Photographs in a Family Tree
by Vicki Ruthe Hahn
SGS – Stateline Genealogy Sorter
My family collaborated on creating a 6-generation family tree including photographs. Our main motivation was to get something for our Mom (Daisy Bennett Ruthe) to enjoy. She has been having dementia for several years, and wanted a picture of each person, so that she could remember who each one was, and who belonged to who.
My sister Chris used a great on-line photograph book-making program, http://mikescamera.com/books-full.html , to make family memory books. She photographed my (second) wedding and made a book for my husband and I. (Look for promo discount codes online for Mikescamera). Mom doesn’t know that she will be getting a book soon also.
The program that Chris used for the photograph family tree is Aperture, but she is not sure Apple still supports it.
Another (genealogy fan) sister, Melodie, and I helped Chris with the dates and names of the 6-generation ancestors. A third cousin (Ancestry.com DNA test respondant!) sent me several family photographs so that we could add more faces for our ancestors which we did not have in our photography collection.
Chris put in different silhouettes for any ancestors that we did not have photos for. This is the top part of the large sheet, which Chris had laminated. I did not include any living relatives in this photo (3 more generations.)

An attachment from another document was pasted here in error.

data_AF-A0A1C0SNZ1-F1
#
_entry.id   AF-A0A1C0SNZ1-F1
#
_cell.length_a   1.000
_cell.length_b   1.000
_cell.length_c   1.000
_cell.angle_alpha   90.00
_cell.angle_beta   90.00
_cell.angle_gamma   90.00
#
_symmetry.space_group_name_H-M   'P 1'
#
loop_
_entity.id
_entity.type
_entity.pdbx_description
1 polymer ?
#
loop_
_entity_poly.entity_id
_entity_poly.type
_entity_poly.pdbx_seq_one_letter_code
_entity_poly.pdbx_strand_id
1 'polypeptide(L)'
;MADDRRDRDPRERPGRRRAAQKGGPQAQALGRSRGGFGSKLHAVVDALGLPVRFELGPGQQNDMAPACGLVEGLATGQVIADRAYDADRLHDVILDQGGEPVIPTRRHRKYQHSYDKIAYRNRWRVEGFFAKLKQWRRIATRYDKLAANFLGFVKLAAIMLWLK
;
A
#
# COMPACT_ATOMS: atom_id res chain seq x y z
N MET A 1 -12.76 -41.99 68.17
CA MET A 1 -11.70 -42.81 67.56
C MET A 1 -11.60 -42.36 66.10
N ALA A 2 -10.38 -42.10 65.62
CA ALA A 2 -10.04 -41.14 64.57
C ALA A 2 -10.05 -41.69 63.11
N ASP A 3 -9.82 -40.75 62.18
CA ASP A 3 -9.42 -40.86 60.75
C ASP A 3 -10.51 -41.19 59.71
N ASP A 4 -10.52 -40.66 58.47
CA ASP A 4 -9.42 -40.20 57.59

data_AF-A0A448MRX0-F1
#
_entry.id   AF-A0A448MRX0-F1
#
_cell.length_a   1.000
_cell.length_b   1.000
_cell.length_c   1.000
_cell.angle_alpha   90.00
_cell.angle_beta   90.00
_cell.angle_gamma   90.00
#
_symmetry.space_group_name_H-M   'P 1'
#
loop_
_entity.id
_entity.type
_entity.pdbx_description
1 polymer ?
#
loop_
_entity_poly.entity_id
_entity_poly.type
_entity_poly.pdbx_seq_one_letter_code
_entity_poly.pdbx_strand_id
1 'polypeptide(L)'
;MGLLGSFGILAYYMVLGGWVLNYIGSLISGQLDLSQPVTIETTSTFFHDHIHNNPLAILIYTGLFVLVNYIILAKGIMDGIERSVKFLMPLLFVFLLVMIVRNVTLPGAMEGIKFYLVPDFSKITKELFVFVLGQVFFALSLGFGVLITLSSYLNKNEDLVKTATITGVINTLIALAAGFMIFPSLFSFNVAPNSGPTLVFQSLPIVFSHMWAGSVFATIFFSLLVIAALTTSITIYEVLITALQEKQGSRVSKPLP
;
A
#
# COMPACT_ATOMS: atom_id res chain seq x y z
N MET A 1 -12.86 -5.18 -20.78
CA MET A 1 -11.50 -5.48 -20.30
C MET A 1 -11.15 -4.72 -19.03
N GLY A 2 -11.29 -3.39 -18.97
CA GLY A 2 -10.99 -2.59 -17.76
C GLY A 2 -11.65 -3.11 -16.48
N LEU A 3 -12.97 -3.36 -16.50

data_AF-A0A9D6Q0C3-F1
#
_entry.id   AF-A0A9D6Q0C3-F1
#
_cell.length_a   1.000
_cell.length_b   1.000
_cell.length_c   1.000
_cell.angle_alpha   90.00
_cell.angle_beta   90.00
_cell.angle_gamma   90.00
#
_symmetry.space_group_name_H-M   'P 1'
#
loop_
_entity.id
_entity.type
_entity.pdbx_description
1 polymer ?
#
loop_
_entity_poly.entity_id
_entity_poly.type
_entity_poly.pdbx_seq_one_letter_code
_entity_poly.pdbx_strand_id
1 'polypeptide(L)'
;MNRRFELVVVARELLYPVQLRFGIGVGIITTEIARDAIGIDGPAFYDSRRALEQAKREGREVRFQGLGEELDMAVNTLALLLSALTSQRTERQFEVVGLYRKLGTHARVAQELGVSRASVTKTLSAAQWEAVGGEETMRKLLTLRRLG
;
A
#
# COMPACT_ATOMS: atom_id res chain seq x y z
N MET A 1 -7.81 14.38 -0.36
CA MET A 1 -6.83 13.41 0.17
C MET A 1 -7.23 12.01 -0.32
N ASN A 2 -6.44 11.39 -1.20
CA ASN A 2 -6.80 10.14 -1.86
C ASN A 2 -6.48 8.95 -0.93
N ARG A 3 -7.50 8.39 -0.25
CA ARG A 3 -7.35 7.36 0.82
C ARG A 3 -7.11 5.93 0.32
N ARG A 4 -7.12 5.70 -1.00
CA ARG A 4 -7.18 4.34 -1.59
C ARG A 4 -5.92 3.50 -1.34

Our Mom, Daisy, is here ↑
and here. ↓
Daisy was happily surprised, “Just What I needed!” She had a great time re-discovering all of her family/ancestors, and her grand/great-grand children. It literally took me a couple of minutes before I could take this photograph. My camera phone was balking, and I had to reboot the camera before it would work. Mom was still pointing out folks.
Chris insisted that we had to get this project finished and get it to Mom asap. She was right.
I have been away from work and too busy to post on my BLOG lately. My Mom has been in the hospital for observation due to her having visual hallucinations. The diagnosis is not final yet, but it looks like a more severe form of dementia. As POA, I will be even more busy with helping her.
The good thing is that I have been able to spend lots of time with her, and am writing down all of her Daisy Stories as she tells us her memories.
Don’t wait. Always let your people know that you love them, and record their stories.